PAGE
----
“Who cares?” Belial snapped, face spasming. His clothing was smoldering – his usually impeccable suit rumpled. He looked strung out. He’d been hearing the voices. “Who cares? We’re wasting time – time. We should be fighting Heaven. Blotting them out! Blotting her out! Don’t you see this is what they want what she wants–”
“Babe babe babe babe babe,” Nybbas said, soothingly. Baal’s eyes narrowed as he watched the Impudite’s resonance wash over the Prince of Fire – there was a time when Nybbas wouldn’t have dared try to charm Belial, but the chaos both in Hell and on Earth had been extremely telegenic, and Nybbas’s Word was doing far better than the rest. That made Baal nervous, but he conceded the advantage of having someone control the increasingly unstable Calabite. “We’re going to. We are. But first we need to put our own house in order. That’s what we’re discussing. Just some housekeeping before we strike back at Heaven.”
“Thanks, Pollyanna,” Kobal snapped, sitting back up. “So. We continue to fight the civil war, we continue our increasingly unsuccessful attempts to bolster our failing Words up on Earth, we continue to lose Servitors on multiple fronts, and we put our faith in a Lilim whose very Word implies betrayal. That’s what we’ve got? That’s our big plan?”
“Why don’t we call for peace talks?” Haagenti said, sullenly. “Negotiations. See what we can get out of all this with?”
Baal’s eyes narrowed. “Peace talks?” he asked, an undercurrent of danger in his voice.
Haagenti snapped his head back up. “Yes,” he snapped. “Don’t think you can scare me, neither. I wasn’t scared of you when you were hot shit. I sure as shit ain’t scared of you now. Don’t you get it? Our Words are dying. I’m cold all the time. I’m hungrier than ever and I feel nauseous all at once. My guys are being ground into paste and I’ve lost all my Word-bound fighting your war, and we can’t possibly win it. If we go back, in good faith – we can negotiate, get in good under the new order, get our Words fixed, and then–”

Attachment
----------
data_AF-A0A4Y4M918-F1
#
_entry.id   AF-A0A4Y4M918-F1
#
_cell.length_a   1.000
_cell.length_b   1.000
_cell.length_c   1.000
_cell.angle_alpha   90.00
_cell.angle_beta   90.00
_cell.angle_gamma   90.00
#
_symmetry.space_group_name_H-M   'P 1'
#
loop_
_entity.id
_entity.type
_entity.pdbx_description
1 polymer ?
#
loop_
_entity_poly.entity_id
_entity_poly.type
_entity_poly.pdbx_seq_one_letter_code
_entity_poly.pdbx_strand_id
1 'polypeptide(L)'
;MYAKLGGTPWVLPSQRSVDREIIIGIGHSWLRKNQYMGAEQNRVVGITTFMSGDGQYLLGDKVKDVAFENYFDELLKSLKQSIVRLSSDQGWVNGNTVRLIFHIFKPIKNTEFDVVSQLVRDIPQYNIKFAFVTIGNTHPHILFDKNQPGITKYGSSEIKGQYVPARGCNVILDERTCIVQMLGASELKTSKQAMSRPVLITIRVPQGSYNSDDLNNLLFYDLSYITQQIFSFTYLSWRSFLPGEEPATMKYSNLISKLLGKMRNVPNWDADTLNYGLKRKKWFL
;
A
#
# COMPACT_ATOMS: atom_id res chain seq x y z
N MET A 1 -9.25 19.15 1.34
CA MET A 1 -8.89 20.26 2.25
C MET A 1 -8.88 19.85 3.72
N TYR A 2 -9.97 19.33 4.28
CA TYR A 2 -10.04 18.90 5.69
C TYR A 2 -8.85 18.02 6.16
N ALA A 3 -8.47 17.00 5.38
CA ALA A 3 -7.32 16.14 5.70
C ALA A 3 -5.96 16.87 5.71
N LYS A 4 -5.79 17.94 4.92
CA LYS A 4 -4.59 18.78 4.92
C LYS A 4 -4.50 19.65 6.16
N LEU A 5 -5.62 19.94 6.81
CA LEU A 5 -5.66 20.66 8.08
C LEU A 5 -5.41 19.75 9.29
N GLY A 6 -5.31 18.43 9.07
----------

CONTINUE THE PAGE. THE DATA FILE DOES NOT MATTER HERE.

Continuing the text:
“I will not bow my knee to a human!” Baal screamed, slamming his fist onto the table with such force that it cracked from one end to the other. “That miserable bitch will not get the satisfaction of my capitulation, and so help me I will carve your fat forces from your body and add them to my own before I allow you to do so!”
Saminga began to laugh. It was the sick laugh of a child. “Ring around the rosie, a pocket full of posey,” it mumbled.
“Ashes, ashes, we all fall to ashes,” Belial murmured, his eyes focused on something only he could see.
“Okay, that’s not helping,” Kobal said. “All of you take a breath. Especially you, Boss. We’re not your enemies.”
“I just think–” Haagenti started to say, petulantly.
“Shove it, brother,” Kobal snapped at him. Haagenti blinked, his face burning. “This isn’t the time. We’re not throwing in the towel. Not yet, anyway. After all, we’re having so much fun doing this.” He rubbed the bridge of his nose. “How quickly will Staciel begin to show results? Is she going to assassinate someone? Give us launch codes? What?”